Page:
FAA Administrator Flies Boeing 737 MAX


FAA Administrator Steve Dickson piloted a Boeing 737 MAX on a two-hour flight out of Seattle, Washington, on Wednesday. Prior to the flight, Dickson, a former Delta pilot with experience in aircraft including the Boeing 727, 737, 757 and 767, also completed new recommended pilot training for the model, which has been grounded since March 2019 following the fatal crashes of Lion Air Flight 610 on Oct. 29, 2018, and Ethiopian Airlines Flight 302 on March 10, 2019. Dickson emphasized that Wednesday’s flight was separate from the FAA’s ongoing official recertification process.

“Shortly after I took the helm at the FAA, I made a promise that I would fly the 737 MAX and that I wouldn’t sign off on its return to service until I was comfortable putting my family on it,” Dickson said. “I took the same training that the Joint Operations Evaluation Board looked at during its work at London Gatwick Airport in recent days. This was followed by a session in the 737 MAX simulator, during which I had the opportunity to experience a variety of problems that presented the relevant emergencies that might occur. Today, I flew a similar flight profile in the airplane.”

Before the MAX can return to service, the FAA’s Flight Standardization Board (FSB) still needs to incorporate the results of a Joint Operations Evaluation Board (JOEB) evaluation of the proposed training for MAX flight crews into a draft report, which will be posted for public comment. Once those comments have been reviewed and addressed, a final FSB report will be published. The FAA and a multi-agency Technical Advisory Board (TAB) also need to review Boeing’s final design documentation and determine compliance with all FAA regulations. Once that work has been completed, the FAA will issue a Continued Airworthiness Notification to the International Community (CANIC), publish an Airworthiness Directive (AD) and rescind the grounding order.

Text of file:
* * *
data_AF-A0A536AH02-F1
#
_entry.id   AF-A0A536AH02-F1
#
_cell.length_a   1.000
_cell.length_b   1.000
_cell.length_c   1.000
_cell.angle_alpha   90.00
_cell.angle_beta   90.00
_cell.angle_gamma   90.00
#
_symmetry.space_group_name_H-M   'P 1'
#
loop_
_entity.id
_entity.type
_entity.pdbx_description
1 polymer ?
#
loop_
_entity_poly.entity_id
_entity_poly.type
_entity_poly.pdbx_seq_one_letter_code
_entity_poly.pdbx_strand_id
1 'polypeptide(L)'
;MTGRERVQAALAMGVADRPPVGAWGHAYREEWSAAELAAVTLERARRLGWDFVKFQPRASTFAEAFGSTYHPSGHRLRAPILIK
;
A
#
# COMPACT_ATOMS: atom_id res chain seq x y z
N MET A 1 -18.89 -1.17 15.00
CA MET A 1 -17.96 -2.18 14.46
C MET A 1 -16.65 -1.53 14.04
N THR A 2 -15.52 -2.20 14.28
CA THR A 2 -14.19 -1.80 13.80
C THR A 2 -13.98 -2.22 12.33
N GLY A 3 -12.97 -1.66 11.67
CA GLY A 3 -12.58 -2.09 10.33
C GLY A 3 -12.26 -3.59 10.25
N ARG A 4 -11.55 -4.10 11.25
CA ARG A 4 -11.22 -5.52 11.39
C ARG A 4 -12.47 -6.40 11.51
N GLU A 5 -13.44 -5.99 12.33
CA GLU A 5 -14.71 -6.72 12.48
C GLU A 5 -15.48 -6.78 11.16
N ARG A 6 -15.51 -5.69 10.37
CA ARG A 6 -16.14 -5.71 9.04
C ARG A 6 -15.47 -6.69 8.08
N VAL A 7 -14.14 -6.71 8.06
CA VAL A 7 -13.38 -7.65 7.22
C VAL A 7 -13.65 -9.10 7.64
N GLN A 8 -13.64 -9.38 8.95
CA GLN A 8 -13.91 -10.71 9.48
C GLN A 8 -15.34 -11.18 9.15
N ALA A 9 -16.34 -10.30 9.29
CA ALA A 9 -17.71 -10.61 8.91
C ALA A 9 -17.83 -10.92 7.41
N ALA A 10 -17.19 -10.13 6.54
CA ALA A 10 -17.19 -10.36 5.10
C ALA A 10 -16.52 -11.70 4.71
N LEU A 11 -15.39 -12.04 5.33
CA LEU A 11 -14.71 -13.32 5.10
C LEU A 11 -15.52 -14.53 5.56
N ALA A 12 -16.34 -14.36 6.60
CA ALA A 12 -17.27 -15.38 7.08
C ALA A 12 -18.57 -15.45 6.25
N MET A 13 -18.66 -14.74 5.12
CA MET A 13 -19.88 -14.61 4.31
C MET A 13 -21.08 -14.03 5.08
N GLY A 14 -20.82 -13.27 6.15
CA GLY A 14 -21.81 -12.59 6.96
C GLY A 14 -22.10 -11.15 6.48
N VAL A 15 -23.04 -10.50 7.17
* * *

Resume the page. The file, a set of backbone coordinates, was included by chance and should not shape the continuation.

The FAA emphasized that it will retain its authority to issue airworthiness certificates and export certificates for all 737 MAX aircraft manufactured since the model was grounded. In addition, the agency reiterated that it intends to perform in-person, individual reviews of new MAXes. The FAA also says it plans to review and approve MAX training programs for all Part 121 operators.

Video: Federal Aviation Administration
Kate O'Connor
Kate O’Connor works as AVweb's Editor-in-Chief. She is a private pilot, certificated aircraft dispatcher, and graduate of Embry-Riddle Aeronautical University.

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  1. I’m impressed that Steve can maintain overall currency at an ATP level while riding a desk, especially during the lockdown But I’m even more skeptical that’s the case.

    Anybody know how he maintains curency and how often he flies?

    Anybody know who the co-pilot was?

    Who was really flying?

    Were the MAX-specific features actually tested?